The City of Valdosta  was incorporated in 1860 along the route of the Savannah, Albany and Gulf Railroad, and the railroad has continued to contribute to the economic vitality of the area.
European settlers first began to appear in Lowndes County around 1821, and by 1825, the county had been sectioned off from larger Irwin County to the north. The first county seat was located at Franklinville, a few miles east of Hahira, but the town was unsuccessful. By 1833, the county seat was moved to Lowndesville, near Ousley, but this location similarly failed. Troupville was formed in 1837, and the new location of the county seat became an important town within the region, as well as a major stop on the route to Florida.
Although the residents of Troupville had invested in the Savannah, Albany and Gulf Railroad stock in order to assure their inclusion within the route, in 1859 the railroad laid out the new line four miles to the south of town. The enterprising citizens determined that the best solution to this problem was simply to move the entire town south to the railroad line. Valdosta, the name of the new town, was derived from Val de Osta Plantation in Laurens County, which had been owned by the Troup family and maintained the connection to their name and the earlier town.
The first train ran through Valdosta in July 1860, and the town was incorporated as the county seat in December of 1860. By 1870, the census revealed that Valdosta already had a population of 166 people, indicating that the town had grown quickly. The railroad allowed Valdosta to develop as a regional trading center, specializing in the long-staple Sea Island cotton.
Two more railroad lines, the Georgia Southern&Florida and the Atlantic, Valdosta&Western, were constructed through Valdosta in 1889 and 1896, respectively, and represented Valdosta's growing importance as the major exchange for Sea Island cotton. By 1900, the population of Valdosta had reached over 5,600 people, and the city had begun several major improvement projects, including a public transportation system in 1899 and bricking the streets in 1903.
The boll weevil destroyed the cotton crop and decimated the Valdosta economy in 1917, but the region's farmers soon turned to other crops, including pecans, peanuts, tobacco and pine trees. The population of the city continued to grow, and Moody Air Field (now Moody Air Force Base) opened in 1941, bringing over 3,000 military personnel to the city. From the 1940s to the 1980s, much of the growth within Valdosta was located within suburban areas, and many important buildings within the downtown area were lost to demolition. Since the 1980s, Valdosta's historic downtown has been undergoing a revitalization that continues today.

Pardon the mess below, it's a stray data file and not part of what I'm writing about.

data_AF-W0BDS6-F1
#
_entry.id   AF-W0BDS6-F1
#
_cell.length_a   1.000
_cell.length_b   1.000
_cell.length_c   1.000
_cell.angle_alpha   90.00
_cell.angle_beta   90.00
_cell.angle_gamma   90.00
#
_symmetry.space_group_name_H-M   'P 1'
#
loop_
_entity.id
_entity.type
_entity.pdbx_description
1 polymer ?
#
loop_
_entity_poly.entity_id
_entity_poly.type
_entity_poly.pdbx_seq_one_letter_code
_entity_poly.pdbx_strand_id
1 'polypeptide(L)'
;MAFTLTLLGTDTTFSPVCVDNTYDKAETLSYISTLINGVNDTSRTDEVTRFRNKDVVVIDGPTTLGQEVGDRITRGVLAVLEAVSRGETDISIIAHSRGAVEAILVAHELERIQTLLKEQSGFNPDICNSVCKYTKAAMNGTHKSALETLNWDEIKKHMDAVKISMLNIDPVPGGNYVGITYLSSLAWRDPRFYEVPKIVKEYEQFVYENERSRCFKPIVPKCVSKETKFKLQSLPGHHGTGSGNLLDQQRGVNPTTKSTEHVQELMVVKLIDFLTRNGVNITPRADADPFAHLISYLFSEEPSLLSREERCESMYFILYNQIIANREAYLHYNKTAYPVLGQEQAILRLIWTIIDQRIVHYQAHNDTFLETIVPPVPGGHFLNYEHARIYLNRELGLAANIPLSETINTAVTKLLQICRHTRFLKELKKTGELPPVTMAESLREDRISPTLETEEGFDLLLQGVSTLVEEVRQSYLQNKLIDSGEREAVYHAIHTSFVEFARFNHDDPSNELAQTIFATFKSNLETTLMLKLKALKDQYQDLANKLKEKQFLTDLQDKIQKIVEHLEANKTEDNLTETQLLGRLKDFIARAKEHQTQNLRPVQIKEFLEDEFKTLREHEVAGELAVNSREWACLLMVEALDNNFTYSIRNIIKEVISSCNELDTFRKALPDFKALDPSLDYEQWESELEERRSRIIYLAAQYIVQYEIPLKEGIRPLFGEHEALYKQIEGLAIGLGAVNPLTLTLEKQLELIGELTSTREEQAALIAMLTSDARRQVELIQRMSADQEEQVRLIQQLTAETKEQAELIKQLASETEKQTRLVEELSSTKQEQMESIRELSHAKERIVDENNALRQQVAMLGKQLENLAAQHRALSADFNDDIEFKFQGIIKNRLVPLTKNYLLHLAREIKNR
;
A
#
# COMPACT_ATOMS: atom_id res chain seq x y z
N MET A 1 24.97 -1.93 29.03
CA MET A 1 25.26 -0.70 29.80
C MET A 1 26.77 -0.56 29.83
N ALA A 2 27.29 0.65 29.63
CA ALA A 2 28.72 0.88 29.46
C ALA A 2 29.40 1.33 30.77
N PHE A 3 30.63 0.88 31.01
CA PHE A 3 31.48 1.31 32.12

Agriculture and forestry continue to be major contributors to the local economy, but the city also includes several major corporations as well as Valdosta State University, a regional branch of the state university system.
Valdosta as described in 1940 
Valdosta, seat of Lowndes County, is one of the most prosperous small cities of Georgia. A railroad center with seven branch lines of three systems, it has extensive railroad shops. Other industrial establishments include cotton mills, machine shops, feed mills, peanut shelling plants, fertilizer works, saw mills, planing mills and a barrel factory.
Many of Valdosta's houses have white columns and broad verandas in the old southern style, with later additions of porte cocheres, bay windows and octagonal turrets. In the newer sections are brightly colored Spanish mission type bungalows in groves of oak, pine and palmetto. In this hospitable, informal city, sports are popular, and the country club, with its tennis courts and golf course, is the center of social life. The well-wooded countryside affords excellent hunting and 85 clear water lakes within easy driving distance provide abundant water sports. Although the town is not a winter resort, it is becoming increasingly popular as a stopping place for travelers on the way to Florida.
Before 1860 the county seat, about four miles west of the present site, was called Troupville in honor of Governor George M. Troup. When the right-of-way of the first railroad through this section was surveyed, the engineers left Troupville off the route. The citizens lost no time in moving to the railroad, and since they wished to honor the Governor still further, they named the new town for his estate Val d'Osta.
Georgia State Womans College, Patterson Street, conducts classes in five white stucco buildings of the Spanish mission type of architecture; the 60 acres campus is wooded with groves of pines. Opened in 1913, this institution at first offered only 2 years of study, but soon arrangements were made for a 4-year college course and the conferring of the A.B. Degree. The school has an enrollment of about 340 and a faculty of 22.